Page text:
Dearborn Public Schools is asking voters to renew an Operating Millage that provides $41 million, or 16 percent, of the district’s general fund revenue. This money is used for everyday operating expenses such as staffing, curriculum materials, classroom supplies, utilities, busing, athletics and more.  The ballot will ask voters to renew the millages for both homeowners and non-homestead properties.  Homeowners would see their maximum tax rate fall from 6.17 mills to a maximum of 4 mills.  For the current year the district only collected 2.05 mills.  The tax rate for non-homestead properties such as businesses and rentals would remain at 18 mills.  The state counts the 18 mills from businesses as part of the district’s per pupil funding and deducts that amount from what the district receives from state coffers.  If the Operating Millage is not renewed, the state will continue to deduct that $34 million from what it provides for the district. Failing to renew the Operating Millage would mean a $2,030 per student reduction from the district’s current $9,921 per pupil funding. That would leave Dearborn Public Schools with one of the lowest per pupil revenues in the state.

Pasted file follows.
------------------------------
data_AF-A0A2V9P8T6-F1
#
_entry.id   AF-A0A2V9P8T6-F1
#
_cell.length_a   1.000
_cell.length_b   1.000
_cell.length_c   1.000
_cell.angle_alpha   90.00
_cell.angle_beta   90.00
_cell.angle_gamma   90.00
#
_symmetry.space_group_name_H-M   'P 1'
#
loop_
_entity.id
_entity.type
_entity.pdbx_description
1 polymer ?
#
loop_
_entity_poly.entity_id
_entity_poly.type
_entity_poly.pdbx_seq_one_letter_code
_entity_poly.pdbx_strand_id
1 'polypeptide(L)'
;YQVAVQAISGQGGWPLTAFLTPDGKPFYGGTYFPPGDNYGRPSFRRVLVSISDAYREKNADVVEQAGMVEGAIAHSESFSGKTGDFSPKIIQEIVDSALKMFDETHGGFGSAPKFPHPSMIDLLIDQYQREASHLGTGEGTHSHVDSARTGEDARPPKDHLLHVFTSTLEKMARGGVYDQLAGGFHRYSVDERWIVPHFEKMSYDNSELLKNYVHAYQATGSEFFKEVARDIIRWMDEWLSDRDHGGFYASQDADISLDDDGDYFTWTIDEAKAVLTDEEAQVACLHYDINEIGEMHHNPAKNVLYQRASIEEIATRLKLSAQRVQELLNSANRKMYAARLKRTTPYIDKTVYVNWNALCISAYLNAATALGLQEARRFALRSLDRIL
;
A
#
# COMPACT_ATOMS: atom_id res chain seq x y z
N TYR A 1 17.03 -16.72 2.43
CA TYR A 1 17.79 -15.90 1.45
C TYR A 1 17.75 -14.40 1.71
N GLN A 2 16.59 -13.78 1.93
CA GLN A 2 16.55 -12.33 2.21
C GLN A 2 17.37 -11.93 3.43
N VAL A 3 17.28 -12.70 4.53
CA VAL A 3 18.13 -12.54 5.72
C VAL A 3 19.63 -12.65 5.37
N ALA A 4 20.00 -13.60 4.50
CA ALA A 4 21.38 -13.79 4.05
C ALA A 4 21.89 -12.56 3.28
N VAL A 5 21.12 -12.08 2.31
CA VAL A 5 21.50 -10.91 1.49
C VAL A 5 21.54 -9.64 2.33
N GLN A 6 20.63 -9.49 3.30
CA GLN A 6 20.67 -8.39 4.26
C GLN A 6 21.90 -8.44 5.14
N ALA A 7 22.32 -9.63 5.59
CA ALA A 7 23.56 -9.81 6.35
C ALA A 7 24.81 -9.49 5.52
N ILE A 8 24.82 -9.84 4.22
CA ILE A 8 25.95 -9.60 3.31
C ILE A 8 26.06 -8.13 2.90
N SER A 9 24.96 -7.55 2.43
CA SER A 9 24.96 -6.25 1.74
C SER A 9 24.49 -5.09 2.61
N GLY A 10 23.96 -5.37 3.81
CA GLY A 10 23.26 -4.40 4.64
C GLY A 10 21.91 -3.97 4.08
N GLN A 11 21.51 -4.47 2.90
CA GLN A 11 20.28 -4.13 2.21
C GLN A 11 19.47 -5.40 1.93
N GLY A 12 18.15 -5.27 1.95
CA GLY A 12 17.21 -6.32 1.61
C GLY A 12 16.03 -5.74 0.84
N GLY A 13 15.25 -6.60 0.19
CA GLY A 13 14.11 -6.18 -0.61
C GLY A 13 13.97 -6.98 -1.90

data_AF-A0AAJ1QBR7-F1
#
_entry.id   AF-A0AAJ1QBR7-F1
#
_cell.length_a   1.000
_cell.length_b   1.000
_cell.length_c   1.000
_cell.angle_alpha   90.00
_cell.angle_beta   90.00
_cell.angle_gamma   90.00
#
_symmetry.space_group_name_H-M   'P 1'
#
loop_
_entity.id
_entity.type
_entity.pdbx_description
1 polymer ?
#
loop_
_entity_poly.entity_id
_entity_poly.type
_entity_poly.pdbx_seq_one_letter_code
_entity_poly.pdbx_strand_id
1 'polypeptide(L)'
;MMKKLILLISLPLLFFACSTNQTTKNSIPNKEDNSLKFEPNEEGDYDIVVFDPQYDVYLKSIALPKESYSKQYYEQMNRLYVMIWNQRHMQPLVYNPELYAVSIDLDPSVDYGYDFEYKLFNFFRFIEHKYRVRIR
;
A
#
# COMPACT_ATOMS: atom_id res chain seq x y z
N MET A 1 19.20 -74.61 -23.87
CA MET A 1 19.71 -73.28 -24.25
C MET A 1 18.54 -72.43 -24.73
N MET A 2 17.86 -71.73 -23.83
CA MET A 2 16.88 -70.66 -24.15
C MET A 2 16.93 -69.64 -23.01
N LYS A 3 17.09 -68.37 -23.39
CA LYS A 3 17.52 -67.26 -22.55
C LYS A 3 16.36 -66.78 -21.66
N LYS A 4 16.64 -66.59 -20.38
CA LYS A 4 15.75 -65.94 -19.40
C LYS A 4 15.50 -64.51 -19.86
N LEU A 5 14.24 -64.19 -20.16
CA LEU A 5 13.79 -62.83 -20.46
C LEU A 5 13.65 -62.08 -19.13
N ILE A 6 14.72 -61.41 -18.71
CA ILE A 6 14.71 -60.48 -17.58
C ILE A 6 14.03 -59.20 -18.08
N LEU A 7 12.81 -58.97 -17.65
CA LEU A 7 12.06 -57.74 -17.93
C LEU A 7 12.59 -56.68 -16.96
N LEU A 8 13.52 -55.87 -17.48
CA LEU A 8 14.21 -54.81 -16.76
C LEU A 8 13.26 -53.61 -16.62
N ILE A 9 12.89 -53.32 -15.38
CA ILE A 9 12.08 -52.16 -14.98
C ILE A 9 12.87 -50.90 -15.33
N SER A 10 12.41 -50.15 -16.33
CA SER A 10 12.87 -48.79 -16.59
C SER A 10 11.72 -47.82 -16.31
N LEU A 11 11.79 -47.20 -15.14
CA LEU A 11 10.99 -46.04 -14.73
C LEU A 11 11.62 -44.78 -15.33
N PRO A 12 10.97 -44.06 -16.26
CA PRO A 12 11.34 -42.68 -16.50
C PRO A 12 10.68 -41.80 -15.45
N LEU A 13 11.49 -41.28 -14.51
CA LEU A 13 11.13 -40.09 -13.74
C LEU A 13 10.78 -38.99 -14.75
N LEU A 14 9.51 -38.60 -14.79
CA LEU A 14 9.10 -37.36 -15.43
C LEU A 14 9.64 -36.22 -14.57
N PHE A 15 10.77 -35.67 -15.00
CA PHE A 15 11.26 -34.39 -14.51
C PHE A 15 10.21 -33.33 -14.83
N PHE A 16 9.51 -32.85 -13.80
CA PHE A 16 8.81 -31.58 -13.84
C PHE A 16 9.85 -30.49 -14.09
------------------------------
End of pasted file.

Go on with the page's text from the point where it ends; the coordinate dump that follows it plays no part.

Residents can learn more about the Operating Millage Renewal on the district website.  An explanation of the ballot language is also available.

Henry Ford College is also asking voters to reapprove 4 mills of taxes.  The question combines into one vote a 1 mill tax that expires this year and 3 mills that expire next year. That revenue covers 20 percent of the college’s operating costs.  More information is available on the college’s website.